The "hero" of the story is a biologist/botanist that lives in the 30th century. All is fine...high-tech city, lots of flying cars, robots flying around. She works at a big lab, with a room next door testing some time travel to future teleporter. She works in a greenhouse inside the lab.

One day, BOOM! there is a explosion in the lab next door and she and her little greenhouse are teleported three millennia into an post total-disaster future in which technology is no longer a thing (not how it used to be, they have electricity, but no cars/planes/computers/etc).

The story moves forward from there. There is some "she is the chosen one" silliness. To prove that she is the chosen one, she is obligated to fight at an arena (but she gets away with an excuse to visit her greenhouse one last time before the fight, after one of her friends tells her that the creature that she's going to fight is like an gigantic lizard) with an terrible reptilian beast about 7 times her size.

She manages to knock out the beast with little effort, just by standing there, almost shoving some leaves of a plant up the beast's snout. Then the fight is over, and the breeder of those gigantic voracious lizards asks her what the hell did she do to bring it down with such ease? He's been breeding them for years and never seen anything like it. She says she used a plant and shows him the leaves. The breeder asks why and how they work.

And then I HAVE NO IDEA.

It's really important to plot the explanation of why, and no matter how much research I do, I don't seem to be able to craft an plausible explanation of why these plants affect these lizards, how she knew it would work (it was a shot in the dark, but that's not the explanation she gives to him, though that's clear in the novel).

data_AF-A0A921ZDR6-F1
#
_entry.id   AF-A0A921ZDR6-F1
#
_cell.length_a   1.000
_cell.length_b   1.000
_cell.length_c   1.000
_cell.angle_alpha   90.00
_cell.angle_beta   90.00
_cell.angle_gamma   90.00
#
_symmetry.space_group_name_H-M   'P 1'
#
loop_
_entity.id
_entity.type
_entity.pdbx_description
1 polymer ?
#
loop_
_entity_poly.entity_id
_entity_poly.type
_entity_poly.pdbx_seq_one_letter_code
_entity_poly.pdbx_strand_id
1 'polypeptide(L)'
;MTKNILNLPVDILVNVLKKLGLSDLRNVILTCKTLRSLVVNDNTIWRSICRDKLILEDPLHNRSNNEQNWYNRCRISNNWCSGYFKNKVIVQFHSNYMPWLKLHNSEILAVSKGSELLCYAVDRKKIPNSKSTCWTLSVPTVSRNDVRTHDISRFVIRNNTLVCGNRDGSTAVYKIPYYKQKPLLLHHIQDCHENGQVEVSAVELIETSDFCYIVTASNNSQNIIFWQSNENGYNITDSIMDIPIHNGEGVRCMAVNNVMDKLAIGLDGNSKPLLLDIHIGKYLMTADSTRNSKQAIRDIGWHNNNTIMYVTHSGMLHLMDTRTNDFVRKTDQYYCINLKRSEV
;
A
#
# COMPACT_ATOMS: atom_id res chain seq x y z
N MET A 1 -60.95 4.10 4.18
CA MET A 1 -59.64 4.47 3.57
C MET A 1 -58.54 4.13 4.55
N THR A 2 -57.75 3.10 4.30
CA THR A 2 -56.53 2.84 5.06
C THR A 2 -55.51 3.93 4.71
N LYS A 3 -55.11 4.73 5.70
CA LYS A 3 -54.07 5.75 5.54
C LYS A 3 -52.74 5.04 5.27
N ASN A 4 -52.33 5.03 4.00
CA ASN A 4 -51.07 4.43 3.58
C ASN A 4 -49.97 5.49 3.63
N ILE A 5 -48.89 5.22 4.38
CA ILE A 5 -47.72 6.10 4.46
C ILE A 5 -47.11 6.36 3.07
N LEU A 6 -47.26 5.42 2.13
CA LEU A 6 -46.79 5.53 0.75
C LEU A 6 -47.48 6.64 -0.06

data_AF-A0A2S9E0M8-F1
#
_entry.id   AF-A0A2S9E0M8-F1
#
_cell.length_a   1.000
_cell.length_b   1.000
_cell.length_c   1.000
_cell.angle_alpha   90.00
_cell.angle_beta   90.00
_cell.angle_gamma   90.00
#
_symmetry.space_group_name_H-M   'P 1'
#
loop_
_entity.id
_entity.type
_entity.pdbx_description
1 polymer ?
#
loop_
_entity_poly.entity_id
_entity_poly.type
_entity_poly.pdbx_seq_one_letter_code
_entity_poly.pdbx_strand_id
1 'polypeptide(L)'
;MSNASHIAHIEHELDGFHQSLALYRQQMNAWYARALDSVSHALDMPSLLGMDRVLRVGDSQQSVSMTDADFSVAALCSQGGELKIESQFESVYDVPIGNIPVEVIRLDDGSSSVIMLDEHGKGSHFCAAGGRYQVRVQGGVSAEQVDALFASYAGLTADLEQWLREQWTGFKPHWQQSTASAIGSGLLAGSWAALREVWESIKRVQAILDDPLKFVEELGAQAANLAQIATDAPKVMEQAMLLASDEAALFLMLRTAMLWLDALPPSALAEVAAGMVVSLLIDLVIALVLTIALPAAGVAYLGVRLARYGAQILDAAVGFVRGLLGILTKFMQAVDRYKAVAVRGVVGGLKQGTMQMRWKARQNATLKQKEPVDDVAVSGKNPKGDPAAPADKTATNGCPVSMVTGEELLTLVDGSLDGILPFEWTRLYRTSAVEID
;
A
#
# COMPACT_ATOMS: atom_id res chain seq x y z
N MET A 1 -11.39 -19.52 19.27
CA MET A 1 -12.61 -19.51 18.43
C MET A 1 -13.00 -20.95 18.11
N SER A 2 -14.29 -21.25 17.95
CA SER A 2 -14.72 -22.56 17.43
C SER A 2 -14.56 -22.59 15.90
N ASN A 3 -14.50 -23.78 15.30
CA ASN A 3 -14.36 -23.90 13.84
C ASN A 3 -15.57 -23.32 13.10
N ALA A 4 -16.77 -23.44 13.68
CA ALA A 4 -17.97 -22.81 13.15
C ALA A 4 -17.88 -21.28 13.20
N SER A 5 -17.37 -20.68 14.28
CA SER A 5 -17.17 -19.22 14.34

I researched some plants that are toxic for lizards, but even so I can't think of an plausible explanation for it to cause an knockout in seconds on a beast that big. Any suggestions on how I should craft this particular plant and its properties and why they work?

  • $\begingroup$ Hello and welcome to wb! Why is it necessary for the character to deliver a solid explanation? A lot about herbalism is to know that a leaf or grass does something, not to know why it does it. $\endgroup$ – dot_Sp0T Jun 28 '19 at 15:23
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    $\begingroup$ Also please try structuring your text into paragraphs, it's very hard to read as of right now :) $\endgroup$ – dot_Sp0T Jun 28 '19 at 15:23
  • $\begingroup$ This link might be helpful. I don't know the credibility of the site, though. $\endgroup$ – Bilbo Baggins Jun 28 '19 at 15:55
  • $\begingroup$ Welcome to Worldbuilding.SE. Please consider choosing a name for yourself. And do check out our tour and help center to get an idea of how we work. I did a massive edit on your question for grammar and formatting. If I got anything wrong, please re-edit it to make it right. As written, your question is very story-based (which is off topic here), though I can see that it's really about the properties of the plant. It may still get closed for being too broad though, as you're also asking things like how does the scientist know what plant to grab, etc. $\endgroup$ – Cyn says make Monica whole Jun 28 '19 at 16:58
  • $\begingroup$ Hello user66088. I know this might seem silly, but the help center states, "the goal of the site is to help you build your world, not to tell your story." We don't answer "what happens next" questions. We will help you develop the ecological rules of your world, if that's what you need help with. Are you trying to develop a pharmacology that would anesthetize a dragon? That's the kind of question we'll help you with. $\endgroup$ – JBH Jun 29 '19 at 2:54

Before the accident, she was working on natural solutions to lizard infestation problem. She genetically engineered a plant that smells like good food to lizards, but produces a neurotoxin that kills lizards when they eat it. Genetic engineering cannot do that now, but you are talking about 30th century.


Definitely read up on Daniel and the Dragon.